An occasional newsletter about forthcoming books and events

July 2018

In this newsletter . . .

a new project: Zapf and Stauffacher

now published: Aubrey's Villa

our booklets: now listed online


a new project
Zapf and Stauffacher

The story of the collaboration between a type designer and a typographer, by Ferdinand Ulrich

September 2018

read the next news item on this title

When the Hunt Roman type was first made available to the Hunt Botanical Library in Pittsburgh (now the Hunt Institute for Botanical Documentation), the event was marked with the publication of a slim volume entitled Hunt Roman: the birth of a type. It noted that the new type came about as 'the fruition of a combination of ideals, concepts, and convictions of three personalities', those personalities being Mrs Hunt, after whom the Institute is named, type designer Hermann Zapf, and typographic designer and printer Jack Stauffacher who, sadly, died last November. The type was first used in 1963, by Stauffacher, for a symposium programme.

While a visiting student at Carnegie Mellon University in Pittsburgh in 2010, German typographer and type historian Ferdinand Ulrich came across the legendary type in the hot-metal setting workshop of the university. His subsequent intensive research in archives and collections, a stay with Stauffacher in San Francisco, and correspondence and meetings with Hermann Zapf have led to lectures and journal articles on this historic type, and in this essay he reveals how the collaboration between Zapf and Stauffacher developed in the 1960s.

Hunt Roman was not designed to serve as a text type, being intended as a display face to accompany Spectrum, and it was originally cut in 14pt, 18pt, and 24pt, though a 12pt was later prepared. We hold the three larger sizes. Hunt is noteworthy for its short ascenders and descenders, making it appear much larger than its body size would suggest - the 14pt could easily be guessed as 18pt and so on. Nevertheless with careful choice of line length and leading it looks very fine on the page and we are of course hand-setting Ferdinand's text in Hunt Roman cast by Stempel.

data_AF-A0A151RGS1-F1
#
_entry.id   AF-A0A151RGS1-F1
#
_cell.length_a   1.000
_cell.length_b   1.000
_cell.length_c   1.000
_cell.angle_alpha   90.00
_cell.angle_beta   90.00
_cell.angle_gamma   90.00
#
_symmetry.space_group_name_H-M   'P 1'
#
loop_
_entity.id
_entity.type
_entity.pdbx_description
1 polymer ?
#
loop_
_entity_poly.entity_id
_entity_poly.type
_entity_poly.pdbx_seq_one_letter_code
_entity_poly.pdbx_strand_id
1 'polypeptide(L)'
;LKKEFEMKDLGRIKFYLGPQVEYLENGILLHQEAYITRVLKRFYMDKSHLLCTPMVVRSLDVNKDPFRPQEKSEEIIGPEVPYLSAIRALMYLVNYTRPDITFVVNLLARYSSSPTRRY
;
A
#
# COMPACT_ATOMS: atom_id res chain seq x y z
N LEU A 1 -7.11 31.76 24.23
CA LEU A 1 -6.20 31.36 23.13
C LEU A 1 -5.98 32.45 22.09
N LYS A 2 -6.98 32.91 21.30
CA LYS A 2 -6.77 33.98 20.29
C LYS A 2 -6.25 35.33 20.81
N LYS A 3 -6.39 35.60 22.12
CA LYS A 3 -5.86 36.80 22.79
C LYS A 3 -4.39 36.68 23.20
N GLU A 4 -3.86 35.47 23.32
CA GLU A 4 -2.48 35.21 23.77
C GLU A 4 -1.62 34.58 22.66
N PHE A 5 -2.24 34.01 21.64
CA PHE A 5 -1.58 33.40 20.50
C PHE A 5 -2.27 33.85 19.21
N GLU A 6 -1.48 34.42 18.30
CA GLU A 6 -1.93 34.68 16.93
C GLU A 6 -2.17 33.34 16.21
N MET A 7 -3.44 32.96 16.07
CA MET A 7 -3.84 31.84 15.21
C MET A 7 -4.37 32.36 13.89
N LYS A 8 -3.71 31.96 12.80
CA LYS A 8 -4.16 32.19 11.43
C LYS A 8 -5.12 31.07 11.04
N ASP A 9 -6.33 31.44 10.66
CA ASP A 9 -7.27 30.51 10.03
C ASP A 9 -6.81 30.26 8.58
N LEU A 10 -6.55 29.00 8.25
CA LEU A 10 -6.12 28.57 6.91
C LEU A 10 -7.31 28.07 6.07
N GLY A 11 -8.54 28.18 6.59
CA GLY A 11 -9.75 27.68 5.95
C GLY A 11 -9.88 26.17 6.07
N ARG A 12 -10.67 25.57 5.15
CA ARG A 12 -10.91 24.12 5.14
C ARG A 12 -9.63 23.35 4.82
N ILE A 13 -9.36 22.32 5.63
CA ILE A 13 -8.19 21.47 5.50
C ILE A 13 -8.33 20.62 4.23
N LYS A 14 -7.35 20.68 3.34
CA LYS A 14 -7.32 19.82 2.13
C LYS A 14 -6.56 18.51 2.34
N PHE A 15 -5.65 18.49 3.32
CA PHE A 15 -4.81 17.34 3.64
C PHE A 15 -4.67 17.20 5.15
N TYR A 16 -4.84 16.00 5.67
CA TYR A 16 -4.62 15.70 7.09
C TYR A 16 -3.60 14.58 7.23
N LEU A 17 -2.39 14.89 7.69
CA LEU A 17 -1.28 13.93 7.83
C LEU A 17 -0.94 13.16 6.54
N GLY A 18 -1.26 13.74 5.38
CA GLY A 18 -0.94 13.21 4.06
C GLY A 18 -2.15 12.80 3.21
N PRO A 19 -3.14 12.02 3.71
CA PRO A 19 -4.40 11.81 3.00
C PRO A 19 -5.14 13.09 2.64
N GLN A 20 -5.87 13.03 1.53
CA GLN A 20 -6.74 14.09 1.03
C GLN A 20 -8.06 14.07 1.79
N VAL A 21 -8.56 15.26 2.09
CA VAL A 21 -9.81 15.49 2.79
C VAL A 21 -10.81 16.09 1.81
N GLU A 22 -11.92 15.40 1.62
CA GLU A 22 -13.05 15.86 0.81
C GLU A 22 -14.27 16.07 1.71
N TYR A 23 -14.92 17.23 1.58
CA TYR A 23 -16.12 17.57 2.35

The essay runs to 3,400 words and we are in the process of printing it on hand-made paper from the Czech Velké Losiny mill and will be presenting it in a format similar to the recent Venice Approached: a single section sewn between boards. There will additionally be a photograph frontispiece of Zapf and Stauffacher in conversation.

We expect a price around Ł75 (euro90, USD105). We are happy to take expressions of interest now. Further details and firm prices will be announced in a future newsletter.


now published
Aubrey's Villa

John Aubrey and his dashed hopes for an Italianate house and garden

copies now available

Last month we launched Aubrey's Villa, a facsimile of a manuscript in the Bodleian Library of drawings by seventeenth-century antiquarian John Aubrey, with essays and commentary by Aubrey scholars Dr Kate Bennett, Professor Peter Davidson, and Dr Kelsey Jackson Williams.

Unusually for The Old School Press we have 'resorted' to digital printing for what turned out to be a complex book which would have been uneconomical in letterpress and a small edition. However, we are very pleased with the result and reactions have been more than favourable. As it is a book that is somewhat out of the mainstream of our work we have created a website dedicated to it. So just click on that link and find out more!


we occasionally print

They are now listed at our website


Occasionally a pleasing, often book- or printing-related, text comes to hand and invites the printing of a booklet. It's a chance to exercise one's hand-setting skills in a simple piece. I might even use an ornament . . .

We have several 14pt founts in sufficient quantity to run to a decent number of pages: Octavian, Fournier, Caslon Old Face, Perpetua, Dante, and Hunt Roman in particular.

Our booklets are always modestly priced. To see what's available, just go to our website and click on the 'booklets' button on the left.

We have two more booklets planned. The first, which we hope to have ready for the Whittington Open Day on 1 September, will be a setting of five typefaces which Jan van Krimpen designed or had a hand in designing; we'll announce more details in a future newsletter.


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Copyright © Martyn Ould 2018